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Democrats Eye Red Meat, Blue State

Political conventions are steeped in patriotic tradition, and with likely Democratic presidential nominee Sen. Barack Obama’s (Ill.) acceptance speech moved to Invesco Field at Mile High, home to the Denver Broncos, Democrats might have to make room for another American tradition — tailgating.

The prospect of an acceptance speech staged at an National Football League stadium has Democrats plotting their pre- convention plans.

“Politics and tailgating really go hand in hand,” said Denver resident Kim Constantinesco, 25. “People want to feel like they’re really taking part, and what better way than drinking a beer and enjoying the scene to show your support?”

Denver Broncos fans, who celebrated back-to-back Super Bowl victories in the late 1990s, are recognized throughout the league as savvy tailgaters. This year, they also represent crucial voters in a swing state. Colorado voted 52 percent for President Bush in 2004, but Obama backers are aiming to play off the convention momentum to turn the state blue.

“When it was announced, my friends and I called each other immediately,” Bob Bergeson, an Illinois-native now living in Denver said of Obama’s decision to punt the Pepsi Center in favor of the NFL stadium. “Tailgating is huge at Invesco. At minimum, we’ll do that just to say we were near the convention.”

Bergeson’s crew might be planning to pack coolers of beer from a Colorado microbrewery and Rocky Mountain oysters, typical fare at a Broncos tailgate, but their plans could run into interference by the referees at the Democratic National Convention.

The Democratic National Convention Committee was thrown into readjusting their security plan after Obama’s announcement last week. A spokeswoman said it is uncertain whether tailgating would be permitted.

“The speech is designated as a national security event,” convention spokeswoman Natalie Wyeth said. “We are working with the Secret Service and local law enforcement” to accommodate for the larger crowd.

Invesco Field, just off Interstate 25, is surrounded by at least 20 parking lots that stretch far beyond the stadium’s perimeter, but the lots closest to the stadium will likely be closed off for security. The committee has yet to determine what to do about the outlying lots, which hopeful tailgaters say would be prime real estate for pre-speech celebrating.

“No matter how far away you are from the stadium, it’s still going on,” Bergeson said of the typical game day scene at Invesco, which he expects to be replicated for the fan-favorite Democrat.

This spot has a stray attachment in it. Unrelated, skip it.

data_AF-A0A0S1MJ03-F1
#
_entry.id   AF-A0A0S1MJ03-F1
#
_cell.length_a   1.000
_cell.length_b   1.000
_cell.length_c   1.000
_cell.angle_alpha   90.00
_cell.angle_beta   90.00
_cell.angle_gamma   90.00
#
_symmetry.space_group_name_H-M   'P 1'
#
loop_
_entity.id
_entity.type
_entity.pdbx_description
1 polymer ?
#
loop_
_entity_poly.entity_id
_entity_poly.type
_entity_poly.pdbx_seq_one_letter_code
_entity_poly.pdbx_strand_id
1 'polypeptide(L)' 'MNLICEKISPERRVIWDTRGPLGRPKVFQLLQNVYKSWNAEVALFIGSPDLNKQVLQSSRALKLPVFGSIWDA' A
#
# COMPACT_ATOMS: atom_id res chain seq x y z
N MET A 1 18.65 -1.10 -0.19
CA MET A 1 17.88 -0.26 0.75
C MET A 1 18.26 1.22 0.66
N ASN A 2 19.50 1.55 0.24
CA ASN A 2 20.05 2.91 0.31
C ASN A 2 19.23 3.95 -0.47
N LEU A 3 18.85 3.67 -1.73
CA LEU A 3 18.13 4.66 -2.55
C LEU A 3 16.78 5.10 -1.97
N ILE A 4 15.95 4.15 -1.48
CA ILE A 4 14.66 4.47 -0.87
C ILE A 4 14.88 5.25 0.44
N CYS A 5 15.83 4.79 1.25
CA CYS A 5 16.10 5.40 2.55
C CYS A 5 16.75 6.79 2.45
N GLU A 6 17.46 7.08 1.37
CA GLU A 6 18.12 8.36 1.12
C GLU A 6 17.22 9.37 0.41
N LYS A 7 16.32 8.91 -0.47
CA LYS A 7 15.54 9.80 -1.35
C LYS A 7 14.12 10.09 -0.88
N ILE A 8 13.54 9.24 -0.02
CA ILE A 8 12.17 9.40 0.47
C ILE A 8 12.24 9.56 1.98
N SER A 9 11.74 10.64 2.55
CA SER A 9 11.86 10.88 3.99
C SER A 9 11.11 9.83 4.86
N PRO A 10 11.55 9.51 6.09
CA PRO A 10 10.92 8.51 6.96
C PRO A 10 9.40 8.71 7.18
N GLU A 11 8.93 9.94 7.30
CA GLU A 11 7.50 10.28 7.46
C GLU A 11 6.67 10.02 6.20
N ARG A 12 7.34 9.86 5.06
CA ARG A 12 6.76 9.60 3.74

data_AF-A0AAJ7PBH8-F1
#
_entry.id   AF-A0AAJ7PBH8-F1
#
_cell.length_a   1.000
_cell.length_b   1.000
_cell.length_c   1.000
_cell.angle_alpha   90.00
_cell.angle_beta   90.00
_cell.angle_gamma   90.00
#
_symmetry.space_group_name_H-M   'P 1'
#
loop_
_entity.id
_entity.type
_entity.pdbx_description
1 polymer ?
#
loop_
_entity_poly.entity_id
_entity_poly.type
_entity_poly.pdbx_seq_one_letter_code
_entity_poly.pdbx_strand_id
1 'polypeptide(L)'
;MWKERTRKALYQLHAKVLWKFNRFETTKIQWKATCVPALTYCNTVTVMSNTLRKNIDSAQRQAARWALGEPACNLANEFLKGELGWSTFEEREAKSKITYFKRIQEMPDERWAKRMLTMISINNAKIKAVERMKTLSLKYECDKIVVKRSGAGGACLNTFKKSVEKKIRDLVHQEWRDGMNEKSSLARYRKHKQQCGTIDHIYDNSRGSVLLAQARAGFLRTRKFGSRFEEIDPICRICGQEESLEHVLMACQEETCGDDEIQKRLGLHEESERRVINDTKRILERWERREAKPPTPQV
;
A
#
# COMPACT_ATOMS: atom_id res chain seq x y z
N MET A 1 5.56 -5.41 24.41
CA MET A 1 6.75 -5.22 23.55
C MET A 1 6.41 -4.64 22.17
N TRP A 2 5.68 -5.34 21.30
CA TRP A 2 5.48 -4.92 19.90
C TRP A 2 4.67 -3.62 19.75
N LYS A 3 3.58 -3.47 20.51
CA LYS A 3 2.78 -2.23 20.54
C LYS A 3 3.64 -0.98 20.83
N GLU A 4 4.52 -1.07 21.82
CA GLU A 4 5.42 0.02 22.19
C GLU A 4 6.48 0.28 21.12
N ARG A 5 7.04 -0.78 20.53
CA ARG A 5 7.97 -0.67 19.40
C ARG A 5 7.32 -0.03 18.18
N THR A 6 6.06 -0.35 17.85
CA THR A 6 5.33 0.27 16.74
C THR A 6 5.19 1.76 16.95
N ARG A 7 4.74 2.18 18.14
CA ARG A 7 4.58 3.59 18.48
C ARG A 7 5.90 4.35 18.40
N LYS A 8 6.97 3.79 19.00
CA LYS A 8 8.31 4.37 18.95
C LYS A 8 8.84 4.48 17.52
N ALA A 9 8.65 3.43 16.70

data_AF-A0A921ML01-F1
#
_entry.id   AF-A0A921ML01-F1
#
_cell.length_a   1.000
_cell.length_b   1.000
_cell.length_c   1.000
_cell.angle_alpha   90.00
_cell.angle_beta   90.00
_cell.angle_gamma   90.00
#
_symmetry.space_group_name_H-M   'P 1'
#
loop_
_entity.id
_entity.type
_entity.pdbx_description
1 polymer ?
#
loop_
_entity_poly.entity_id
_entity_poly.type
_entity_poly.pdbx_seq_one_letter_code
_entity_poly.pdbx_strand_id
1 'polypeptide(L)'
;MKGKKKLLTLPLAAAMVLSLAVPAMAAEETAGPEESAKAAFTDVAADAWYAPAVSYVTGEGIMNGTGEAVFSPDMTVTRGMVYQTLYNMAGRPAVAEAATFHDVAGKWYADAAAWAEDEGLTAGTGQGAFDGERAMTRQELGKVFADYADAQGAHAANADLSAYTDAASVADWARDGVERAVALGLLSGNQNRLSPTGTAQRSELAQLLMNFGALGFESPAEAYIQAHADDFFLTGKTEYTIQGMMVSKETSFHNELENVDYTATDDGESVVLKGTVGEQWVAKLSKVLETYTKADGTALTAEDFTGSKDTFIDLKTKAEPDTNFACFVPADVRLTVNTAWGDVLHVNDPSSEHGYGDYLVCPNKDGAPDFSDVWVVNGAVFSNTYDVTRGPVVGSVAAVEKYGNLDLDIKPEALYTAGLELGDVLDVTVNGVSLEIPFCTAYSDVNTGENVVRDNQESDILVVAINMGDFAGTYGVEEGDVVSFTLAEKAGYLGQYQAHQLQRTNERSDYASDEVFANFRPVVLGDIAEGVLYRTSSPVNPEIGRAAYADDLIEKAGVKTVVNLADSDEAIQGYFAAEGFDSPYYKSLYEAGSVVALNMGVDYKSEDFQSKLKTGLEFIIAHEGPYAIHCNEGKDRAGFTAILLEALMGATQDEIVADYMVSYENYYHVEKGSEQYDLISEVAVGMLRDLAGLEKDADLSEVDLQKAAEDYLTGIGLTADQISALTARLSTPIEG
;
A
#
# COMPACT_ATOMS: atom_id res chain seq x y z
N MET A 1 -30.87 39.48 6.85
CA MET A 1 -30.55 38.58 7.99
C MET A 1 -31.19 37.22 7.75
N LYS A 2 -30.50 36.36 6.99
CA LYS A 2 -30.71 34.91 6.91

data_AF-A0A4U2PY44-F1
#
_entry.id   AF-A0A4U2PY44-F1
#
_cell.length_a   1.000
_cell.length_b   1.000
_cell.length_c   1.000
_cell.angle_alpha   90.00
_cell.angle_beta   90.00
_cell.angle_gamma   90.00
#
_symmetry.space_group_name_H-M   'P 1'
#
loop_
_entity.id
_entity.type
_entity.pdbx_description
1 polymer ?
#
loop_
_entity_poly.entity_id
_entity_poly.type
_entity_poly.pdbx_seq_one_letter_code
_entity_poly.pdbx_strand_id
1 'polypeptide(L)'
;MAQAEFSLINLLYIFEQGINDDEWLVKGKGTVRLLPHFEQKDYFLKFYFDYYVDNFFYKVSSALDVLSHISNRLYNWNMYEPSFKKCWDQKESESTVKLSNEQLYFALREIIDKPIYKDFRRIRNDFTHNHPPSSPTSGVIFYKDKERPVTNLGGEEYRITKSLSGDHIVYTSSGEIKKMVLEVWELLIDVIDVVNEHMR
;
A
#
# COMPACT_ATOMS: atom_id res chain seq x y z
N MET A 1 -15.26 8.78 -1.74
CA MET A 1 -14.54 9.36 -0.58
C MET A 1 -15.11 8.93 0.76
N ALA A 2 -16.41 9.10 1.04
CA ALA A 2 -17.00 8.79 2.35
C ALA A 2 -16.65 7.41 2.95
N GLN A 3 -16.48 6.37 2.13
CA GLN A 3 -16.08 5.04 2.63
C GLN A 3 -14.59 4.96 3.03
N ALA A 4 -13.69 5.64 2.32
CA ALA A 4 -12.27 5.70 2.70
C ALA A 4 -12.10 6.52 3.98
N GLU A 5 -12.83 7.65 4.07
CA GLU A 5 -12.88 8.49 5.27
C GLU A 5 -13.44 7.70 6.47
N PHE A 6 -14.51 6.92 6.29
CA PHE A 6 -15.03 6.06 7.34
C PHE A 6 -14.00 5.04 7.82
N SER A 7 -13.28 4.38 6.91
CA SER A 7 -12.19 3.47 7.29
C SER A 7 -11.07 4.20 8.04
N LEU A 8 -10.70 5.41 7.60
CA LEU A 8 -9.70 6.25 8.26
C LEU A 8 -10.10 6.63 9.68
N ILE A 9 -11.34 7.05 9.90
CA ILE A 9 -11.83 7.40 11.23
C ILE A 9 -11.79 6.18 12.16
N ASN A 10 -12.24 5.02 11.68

The move to Invesco, which holds three times more people than the Pepsi Center, was to open up Obama’s acceptance speech to nondelegate supporters. The likely presidential nominee drew a crowd of 75,000 in Portland, Ore., in May, and organizers are expecting at least that many people to pack Invesco on the final night of the Democratic convention.

Like many of the candidate’s main-stage appearances, organizers in Denver also expect a spillover of thousands more Obama backers outside the stadium.

“Tens of thousands of people in Denver that night won’t be in Invesco, but they’ll want to be together to watch and celebrate,” Denver Host Committee spokesman Chris Lopez said. “It would be great [to tailgate]. It’s going to be a lovefest for Obama.”

The University of Colorado and Colorado State University football teams play each other at the same stadium just three days after Obama’s speech in the cross-state rivalry game dubbed the Rocky Mountain Showdown.

“A lot of people will want to come out to show their school pride and civic involvement,” Jesse Jensen, president of the CU College Democrats said, predicting a strong showing of Buffalo fans for Obama. “We’ll be out there for sure.”

As they decide which beer to tote to Invesco’s parking lot, Jensen’s group is also prepping for a voter registration push both on campus and during convention week. A fifth-year senior majoring in political science and history, Jensen said he’s looking forward to a fall season of football tailgating and political campaigning.

“Obama is doing great,” he said, “I’m just waiting for CU to win the national championship.”

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